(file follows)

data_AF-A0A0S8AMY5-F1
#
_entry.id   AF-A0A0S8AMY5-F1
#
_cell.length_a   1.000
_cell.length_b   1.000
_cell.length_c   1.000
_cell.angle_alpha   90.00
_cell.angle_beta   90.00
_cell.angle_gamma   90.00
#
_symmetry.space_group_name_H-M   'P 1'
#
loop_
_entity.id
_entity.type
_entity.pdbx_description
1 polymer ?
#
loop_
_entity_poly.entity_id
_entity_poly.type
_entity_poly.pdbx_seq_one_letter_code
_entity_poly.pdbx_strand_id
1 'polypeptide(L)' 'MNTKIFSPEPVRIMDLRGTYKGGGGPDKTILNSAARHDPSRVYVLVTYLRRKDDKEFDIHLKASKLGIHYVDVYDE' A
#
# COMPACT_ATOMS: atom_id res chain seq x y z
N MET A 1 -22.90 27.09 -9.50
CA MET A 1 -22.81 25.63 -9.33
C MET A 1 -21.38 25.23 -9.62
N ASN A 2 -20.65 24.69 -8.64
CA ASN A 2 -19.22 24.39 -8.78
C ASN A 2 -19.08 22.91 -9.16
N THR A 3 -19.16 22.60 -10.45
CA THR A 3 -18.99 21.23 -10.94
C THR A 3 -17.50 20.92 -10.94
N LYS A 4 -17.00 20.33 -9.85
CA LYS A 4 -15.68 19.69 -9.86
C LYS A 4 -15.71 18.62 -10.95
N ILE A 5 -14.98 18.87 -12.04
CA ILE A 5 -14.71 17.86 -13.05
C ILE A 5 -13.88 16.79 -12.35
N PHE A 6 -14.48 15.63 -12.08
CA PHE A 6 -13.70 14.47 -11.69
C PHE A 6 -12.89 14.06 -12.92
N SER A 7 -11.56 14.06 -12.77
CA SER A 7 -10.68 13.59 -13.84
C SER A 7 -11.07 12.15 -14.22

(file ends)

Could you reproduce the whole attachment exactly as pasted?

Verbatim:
data_AF-A0A0S8AMY5-F1
#
_entry.id   AF-A0A0S8AMY5-F1
#
_cell.length_a   1.000
_cell.length_b   1.000
_cell.length_c   1.000
_cell.angle_alpha   90.00
_cell.angle_beta   90.00
_cell.angle_gamma   90.00
#
_symmetry.space_group_name_H-M   'P 1'
#
loop_
_entity.id
_entity.type
_entity.pdbx_description
1 polymer ?
#
loop_
_entity_poly.entity_id
_entity_poly.type
_entity_poly.pdbx_seq_one_letter_code
_entity_poly.pdbx_strand_id
1 'polypeptide(L)' 'MNTKIFSPEPVRIMDLRGTYKGGGGPDKTILNSAARHDPSRVYVLVTYLRRKDDKEFDIHLKASKLGIHYVDVYDE' A
#
# COMPACT_ATOMS: atom_id res chain seq x y z
N MET A 1 -22.90 27.09 -9.50
CA MET A 1 -22.81 25.63 -9.33
C MET A 1 -21.38 25.23 -9.62
N ASN A 2 -20.65 24.69 -8.64
CA ASN A 2 -19.22 24.39 -8.78
C ASN A 2 -19.08 22.91 -9.16
N THR A 3 -19.16 22.60 -10.45
CA THR A 3 -18.99 21.23 -10.94
C THR A 3 -17.50 20.92 -10.94
N LYS A 4 -17.00 20.33 -9.85
CA LYS A 4 -15.68 19.69 -9.86
C LYS A 4 -15.71 18.62 -10.95
N ILE A 5 -14.98 18.87 -12.04
CA ILE A 5 -14.71 17.86 -13.05
C ILE A 5 -13.88 16.79 -12.35
N PHE A 6 -14.48 15.63 -12.08
CA PHE A 6 -13.70 14.47 -11.69
C PHE A 6 -12.89 14.06 -12.92
N SER A 7 -11.56 14.06 -12.77
CA SER A 7 -10.68 13.59 -13.84
C SER A 7 -11.07 12.15 -14.22